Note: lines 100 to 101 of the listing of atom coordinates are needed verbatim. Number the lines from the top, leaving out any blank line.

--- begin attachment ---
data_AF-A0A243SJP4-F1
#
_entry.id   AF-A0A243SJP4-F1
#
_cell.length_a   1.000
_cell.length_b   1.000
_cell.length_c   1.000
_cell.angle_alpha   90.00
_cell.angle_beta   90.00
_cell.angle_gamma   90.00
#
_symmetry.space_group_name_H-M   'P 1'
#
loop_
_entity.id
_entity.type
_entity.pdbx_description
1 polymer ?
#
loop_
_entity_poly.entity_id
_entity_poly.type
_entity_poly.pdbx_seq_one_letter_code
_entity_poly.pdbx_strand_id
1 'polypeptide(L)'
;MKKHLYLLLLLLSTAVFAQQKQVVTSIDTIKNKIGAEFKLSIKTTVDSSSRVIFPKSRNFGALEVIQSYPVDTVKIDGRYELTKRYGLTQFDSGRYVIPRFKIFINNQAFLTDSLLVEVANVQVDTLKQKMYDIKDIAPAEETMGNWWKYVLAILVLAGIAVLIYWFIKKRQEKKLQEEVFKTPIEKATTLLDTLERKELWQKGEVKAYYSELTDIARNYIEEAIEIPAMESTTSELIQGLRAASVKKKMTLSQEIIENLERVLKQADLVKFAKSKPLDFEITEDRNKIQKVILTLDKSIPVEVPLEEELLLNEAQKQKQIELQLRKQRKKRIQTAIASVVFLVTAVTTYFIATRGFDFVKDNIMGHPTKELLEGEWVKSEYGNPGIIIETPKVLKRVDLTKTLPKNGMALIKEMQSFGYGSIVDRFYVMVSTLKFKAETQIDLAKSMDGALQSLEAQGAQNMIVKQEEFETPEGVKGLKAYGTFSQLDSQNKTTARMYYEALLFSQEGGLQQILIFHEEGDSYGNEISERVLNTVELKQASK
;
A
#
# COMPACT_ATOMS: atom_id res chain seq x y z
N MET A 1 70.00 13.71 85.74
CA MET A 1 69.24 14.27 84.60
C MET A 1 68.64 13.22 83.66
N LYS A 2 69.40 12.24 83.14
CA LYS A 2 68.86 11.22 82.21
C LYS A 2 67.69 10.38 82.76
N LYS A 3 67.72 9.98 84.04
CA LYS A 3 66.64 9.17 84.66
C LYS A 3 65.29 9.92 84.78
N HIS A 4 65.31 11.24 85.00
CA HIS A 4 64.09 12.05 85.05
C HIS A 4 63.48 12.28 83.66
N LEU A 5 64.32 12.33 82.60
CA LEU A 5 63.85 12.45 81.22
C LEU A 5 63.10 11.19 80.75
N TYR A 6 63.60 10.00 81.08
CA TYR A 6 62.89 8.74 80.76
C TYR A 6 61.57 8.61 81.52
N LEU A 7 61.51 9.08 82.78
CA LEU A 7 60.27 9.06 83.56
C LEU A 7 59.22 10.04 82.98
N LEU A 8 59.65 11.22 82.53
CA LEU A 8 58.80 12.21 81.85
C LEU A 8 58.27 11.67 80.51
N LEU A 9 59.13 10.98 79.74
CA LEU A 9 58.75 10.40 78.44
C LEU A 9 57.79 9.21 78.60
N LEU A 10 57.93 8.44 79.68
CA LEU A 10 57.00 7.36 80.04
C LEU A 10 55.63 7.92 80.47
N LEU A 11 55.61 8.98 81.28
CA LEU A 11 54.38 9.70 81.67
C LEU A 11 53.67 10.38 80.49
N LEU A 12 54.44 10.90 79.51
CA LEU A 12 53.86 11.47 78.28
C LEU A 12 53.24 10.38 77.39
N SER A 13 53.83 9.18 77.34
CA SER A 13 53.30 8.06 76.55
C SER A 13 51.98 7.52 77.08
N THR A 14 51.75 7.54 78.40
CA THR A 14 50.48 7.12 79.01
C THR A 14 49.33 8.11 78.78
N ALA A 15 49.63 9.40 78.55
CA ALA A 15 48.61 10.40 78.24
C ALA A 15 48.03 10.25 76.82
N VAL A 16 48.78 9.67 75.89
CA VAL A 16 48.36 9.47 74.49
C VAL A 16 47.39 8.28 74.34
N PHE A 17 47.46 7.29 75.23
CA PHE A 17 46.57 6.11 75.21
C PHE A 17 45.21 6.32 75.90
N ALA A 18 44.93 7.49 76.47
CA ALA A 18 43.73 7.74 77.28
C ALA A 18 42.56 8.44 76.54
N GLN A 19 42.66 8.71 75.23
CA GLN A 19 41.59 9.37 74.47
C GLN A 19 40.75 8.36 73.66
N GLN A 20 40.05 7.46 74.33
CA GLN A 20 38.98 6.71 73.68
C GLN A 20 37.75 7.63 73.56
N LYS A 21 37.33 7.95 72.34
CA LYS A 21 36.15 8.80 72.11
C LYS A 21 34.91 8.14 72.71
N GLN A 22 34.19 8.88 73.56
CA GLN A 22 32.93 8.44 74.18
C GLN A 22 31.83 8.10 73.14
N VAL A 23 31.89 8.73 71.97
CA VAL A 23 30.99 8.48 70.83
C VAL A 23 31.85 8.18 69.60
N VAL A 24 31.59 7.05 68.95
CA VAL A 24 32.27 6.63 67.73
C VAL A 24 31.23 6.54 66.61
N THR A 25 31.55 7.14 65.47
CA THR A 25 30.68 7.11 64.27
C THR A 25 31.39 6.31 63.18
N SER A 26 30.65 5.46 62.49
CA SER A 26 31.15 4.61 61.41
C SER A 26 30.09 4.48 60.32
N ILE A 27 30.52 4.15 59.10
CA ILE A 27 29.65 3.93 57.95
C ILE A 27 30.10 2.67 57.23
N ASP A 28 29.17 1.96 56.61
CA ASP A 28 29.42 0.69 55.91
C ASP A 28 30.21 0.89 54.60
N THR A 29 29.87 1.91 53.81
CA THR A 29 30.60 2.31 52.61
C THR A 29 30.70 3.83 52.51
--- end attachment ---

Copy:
N VAL A 24 31.59 7.05 68.95
CA VAL A 24 32.27 6.63 67.73